Over a ten day period last month, we planted somewhere in the neighborhood of 2,300 cloves of seed garlic. The seed came from garlic we had saved from this year's harvests.
Garlic hanging up to cure, July
Garlic was the first thing we planted here on our land -- even before we had a place to live, we planted garlic. Ever since then, the garlic-growing space in the garden has been expanding every year. If I could only grow one thing, it would be a close competition between garlic and greens. I would guess that our household consumes somewhere between 300 and 500 heads of garlic per year, and the rest we sell, trade, and give to friends and family.
Garlic is easy to grow: we plant ours in October and mulch heavily with straw, and then there is nothing to do until harvest time in June or early July. It is one of the easiest crops for seed-saving, too: there is no cross-pollination to worry about, and saving and re-planting year after year will help fine-tune the variety to your particular growing conditions.
For the past four years we've been growing garlic in large quantities, and we've had a chance to see what varieties do well across a broad range of conditions, from long, hot droughts to humid, rain-soaked years like this one. The garlic varieties we're growing now are ones that have excelled in both drought years and wet years, and consistently produced tasty, beautiful heads of garlic.
Here are the ten tried-and-true varieties we're growing, in no particular order:
Killarney Red: Consistently the biggest, fattest, prettiest heads of garlic coming from our garden. Great, strong, classic garlic flavor. This variety is a hardneck rocambole, producing lovely scapes for spring eating.
Inchelium Red: My favorite garlic in the kitchen, bursting with huge, spicy cloves. Inchelium Red rivals "elephant garlic" in clove and head size, but the with the fabulous taste of true garlic. This variety apparently originated on the Colville Indian Reservation in Inchelium, Washington.
Chesnok Red This is an heirloom "Purple Stripe" variety from the Republic of Georgia that produces fat bulbs that are great for baking. It has been a great producer for us year after year, and also makes gorgeous and tasty curly scapes in springtime.
Georgian Crystal: A relatively long-storing porcelain variety with a mild taste and pretty, fat cloves.
Polish Hardneck: Another excellent porcelain strain. Filaree Farm, where we bought the seed garlic that beget our seed garlic, says that porcelains are "still relatively rare in North America, but are becoming much sought after as gardeners and garlic connoisseurs learn of their unique properties." What I like about the porcelains is that they have the fat cloves of the rocamboles but a longer storage life. Porcelain heads sometimes only have three or four cloves, but the cloves will be large and juicy, even months after harvest.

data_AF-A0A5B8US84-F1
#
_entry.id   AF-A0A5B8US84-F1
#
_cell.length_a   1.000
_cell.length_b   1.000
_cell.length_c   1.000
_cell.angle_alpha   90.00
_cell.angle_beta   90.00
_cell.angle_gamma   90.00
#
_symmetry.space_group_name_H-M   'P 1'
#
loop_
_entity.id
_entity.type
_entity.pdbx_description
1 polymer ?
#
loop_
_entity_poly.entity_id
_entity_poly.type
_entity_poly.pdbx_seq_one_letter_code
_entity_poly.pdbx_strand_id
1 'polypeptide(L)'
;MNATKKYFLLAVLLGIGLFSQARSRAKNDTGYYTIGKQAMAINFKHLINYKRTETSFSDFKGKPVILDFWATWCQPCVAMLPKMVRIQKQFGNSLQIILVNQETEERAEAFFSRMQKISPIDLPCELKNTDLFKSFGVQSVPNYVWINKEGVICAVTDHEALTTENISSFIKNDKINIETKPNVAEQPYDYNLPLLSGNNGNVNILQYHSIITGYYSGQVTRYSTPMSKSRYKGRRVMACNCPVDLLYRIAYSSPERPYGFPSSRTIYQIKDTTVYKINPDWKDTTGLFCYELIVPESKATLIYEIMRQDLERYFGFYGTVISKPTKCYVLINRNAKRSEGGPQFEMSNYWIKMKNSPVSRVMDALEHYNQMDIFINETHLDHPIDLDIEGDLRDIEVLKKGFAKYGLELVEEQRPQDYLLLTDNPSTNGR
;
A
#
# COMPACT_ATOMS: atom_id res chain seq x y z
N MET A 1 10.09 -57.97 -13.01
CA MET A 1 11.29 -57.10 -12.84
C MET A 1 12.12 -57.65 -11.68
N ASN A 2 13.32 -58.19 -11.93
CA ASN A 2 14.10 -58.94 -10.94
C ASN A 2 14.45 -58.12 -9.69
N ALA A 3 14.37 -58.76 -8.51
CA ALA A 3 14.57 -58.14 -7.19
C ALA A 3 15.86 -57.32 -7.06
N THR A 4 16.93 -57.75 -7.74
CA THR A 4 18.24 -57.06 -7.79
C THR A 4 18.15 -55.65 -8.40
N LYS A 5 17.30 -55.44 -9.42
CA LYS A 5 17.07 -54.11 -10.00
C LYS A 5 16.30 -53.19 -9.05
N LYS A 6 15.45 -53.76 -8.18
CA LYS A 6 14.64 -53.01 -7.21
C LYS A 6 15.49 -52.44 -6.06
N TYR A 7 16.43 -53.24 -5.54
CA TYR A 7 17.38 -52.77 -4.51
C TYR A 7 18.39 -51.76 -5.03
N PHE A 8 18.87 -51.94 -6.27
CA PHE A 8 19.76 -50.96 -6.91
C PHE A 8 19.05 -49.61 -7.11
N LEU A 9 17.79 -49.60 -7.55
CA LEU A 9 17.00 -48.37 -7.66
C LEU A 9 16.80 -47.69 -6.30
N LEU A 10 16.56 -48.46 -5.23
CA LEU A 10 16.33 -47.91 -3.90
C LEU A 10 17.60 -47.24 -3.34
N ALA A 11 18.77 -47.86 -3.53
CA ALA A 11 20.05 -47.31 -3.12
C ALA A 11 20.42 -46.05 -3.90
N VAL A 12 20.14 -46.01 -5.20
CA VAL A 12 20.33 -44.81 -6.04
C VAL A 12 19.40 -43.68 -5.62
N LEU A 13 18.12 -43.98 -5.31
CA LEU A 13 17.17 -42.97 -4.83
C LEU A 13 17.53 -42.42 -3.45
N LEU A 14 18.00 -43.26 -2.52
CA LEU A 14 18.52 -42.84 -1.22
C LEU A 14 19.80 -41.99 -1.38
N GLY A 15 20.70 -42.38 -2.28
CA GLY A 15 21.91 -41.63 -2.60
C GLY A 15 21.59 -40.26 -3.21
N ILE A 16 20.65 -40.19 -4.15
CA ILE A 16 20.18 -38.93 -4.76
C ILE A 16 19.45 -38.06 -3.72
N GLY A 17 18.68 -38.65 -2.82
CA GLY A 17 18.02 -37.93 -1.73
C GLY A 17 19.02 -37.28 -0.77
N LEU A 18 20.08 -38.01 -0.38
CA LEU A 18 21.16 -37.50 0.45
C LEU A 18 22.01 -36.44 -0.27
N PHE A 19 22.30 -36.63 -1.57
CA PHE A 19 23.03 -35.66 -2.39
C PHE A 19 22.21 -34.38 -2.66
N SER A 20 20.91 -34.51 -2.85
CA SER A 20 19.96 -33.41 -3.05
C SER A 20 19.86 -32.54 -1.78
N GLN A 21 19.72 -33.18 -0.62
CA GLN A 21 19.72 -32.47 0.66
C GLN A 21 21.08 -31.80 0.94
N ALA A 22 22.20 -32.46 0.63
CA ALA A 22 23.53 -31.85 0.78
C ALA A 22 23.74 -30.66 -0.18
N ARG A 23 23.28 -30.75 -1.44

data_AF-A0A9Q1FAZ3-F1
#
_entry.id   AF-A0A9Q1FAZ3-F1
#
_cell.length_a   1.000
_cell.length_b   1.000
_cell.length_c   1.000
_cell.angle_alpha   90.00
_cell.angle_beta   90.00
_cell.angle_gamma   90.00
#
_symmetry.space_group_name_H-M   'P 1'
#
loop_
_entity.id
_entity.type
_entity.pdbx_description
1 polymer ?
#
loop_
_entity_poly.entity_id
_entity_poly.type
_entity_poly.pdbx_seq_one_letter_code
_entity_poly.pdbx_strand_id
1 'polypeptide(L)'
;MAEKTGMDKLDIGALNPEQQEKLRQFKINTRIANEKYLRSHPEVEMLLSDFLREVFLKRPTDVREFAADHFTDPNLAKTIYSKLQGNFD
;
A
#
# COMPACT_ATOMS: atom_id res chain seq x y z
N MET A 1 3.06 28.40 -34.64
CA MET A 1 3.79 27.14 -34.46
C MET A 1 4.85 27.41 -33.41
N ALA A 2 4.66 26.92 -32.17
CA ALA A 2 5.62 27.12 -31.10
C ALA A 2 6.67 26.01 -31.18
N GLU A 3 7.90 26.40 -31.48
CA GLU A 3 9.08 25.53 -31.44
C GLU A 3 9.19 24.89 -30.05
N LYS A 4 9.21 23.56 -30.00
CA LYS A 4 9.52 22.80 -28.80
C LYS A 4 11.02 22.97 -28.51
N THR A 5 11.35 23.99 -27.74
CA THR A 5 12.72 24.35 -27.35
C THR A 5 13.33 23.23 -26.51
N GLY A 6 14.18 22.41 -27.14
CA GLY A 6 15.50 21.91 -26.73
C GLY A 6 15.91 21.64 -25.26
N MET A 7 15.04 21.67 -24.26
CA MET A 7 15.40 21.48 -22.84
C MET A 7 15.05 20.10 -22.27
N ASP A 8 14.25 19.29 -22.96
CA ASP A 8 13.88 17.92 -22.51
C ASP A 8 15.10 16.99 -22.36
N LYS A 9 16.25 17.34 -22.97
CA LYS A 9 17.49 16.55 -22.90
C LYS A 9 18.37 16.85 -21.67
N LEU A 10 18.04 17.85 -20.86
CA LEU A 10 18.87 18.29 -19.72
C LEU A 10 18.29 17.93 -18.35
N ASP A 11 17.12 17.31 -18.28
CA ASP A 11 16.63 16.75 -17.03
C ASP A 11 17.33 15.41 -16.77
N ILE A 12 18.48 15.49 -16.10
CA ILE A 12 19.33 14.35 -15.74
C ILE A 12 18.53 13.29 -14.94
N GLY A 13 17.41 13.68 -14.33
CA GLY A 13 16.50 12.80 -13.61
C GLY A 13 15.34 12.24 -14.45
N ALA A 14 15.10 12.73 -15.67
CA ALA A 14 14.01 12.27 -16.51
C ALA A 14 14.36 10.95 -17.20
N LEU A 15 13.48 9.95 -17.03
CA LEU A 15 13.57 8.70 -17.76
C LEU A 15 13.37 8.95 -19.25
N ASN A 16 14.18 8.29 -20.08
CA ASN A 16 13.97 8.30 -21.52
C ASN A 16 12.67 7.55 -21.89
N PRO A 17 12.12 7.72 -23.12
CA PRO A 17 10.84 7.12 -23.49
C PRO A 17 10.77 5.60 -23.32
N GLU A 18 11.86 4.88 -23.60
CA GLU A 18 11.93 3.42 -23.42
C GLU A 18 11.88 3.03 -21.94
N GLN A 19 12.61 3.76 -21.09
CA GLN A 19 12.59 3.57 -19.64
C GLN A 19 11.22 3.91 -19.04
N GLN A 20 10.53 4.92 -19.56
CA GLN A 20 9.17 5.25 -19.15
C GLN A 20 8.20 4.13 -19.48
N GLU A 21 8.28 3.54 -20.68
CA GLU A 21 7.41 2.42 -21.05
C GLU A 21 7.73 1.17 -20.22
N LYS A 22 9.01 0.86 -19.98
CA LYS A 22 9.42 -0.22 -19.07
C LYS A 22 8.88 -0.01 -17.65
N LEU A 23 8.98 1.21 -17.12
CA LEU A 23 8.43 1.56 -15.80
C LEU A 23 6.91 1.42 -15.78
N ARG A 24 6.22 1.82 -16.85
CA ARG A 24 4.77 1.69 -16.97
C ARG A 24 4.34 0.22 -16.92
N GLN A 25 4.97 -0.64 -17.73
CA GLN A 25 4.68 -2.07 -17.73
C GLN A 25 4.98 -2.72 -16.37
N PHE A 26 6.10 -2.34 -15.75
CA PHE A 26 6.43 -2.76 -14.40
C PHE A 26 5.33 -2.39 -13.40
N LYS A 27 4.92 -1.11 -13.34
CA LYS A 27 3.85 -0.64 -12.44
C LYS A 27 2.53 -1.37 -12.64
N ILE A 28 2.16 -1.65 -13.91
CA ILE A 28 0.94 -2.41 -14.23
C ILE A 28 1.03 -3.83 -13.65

Silverwhite Silverskin: A svelte, spotless white, long-keeping garlic. Silverwhite's taste is less robust than some, but still sharp and garlicky. And the best thing about this variety: heads will last well into the winter months when stored in a cool, dry place. Silverwhite is an impressive keeper that helps spread garlic flavor throughout the year in our kitchen.
Nootka Rose: Another long-keeping silverskin variety. Nootka Rose is an heirloom from the Pacific Northwest with gorgeous red-streaked clove skins and great flavor. This variety and Silverwhite outlast all other garlics in terms of storage life, keeping for many months.
Idaho Silver: A lovely to look upon silverskin with creamy white bulb skin and pinkish red cloves. Keeps well and has a strong, hot flavor.
Spanish Roja: A pre-1900 heirloom rocambole garlic with great taste and fat cloves that seems to do well in our climate.
Siberian Marbled Purple Stripe: A flamboyant garlic with a giant head, thick purple stripes, and marbled and mottled purpley bulb wrappers. If that's not enough, Siberian Marbled Purple Stripe boasts a rich, deep garlicky taste and smooth texture.
As we planted, we set aside the cloves too small for planting, and I made pot after pot of garlic broth, a perfect base for miso soup at this time of year. You can just throw handfuls of whole cloves, skin and all, in a big soup pot with lots of water and simmer for a few hours until you have a super-garlicky broth, and then strain off the cloves. Or you can peel the garlic first, which allows you to incorporate the soft, mild, whole garlic cloves into the soup. Add some fresh grated ginger and finely chopped multiplier onions from the garden, and you have a fabulous warming, fortifying, immune-boosting fall tonic soup. I credit garlic miso with our avoidance of H1N1 infection so far. . .knock on wood.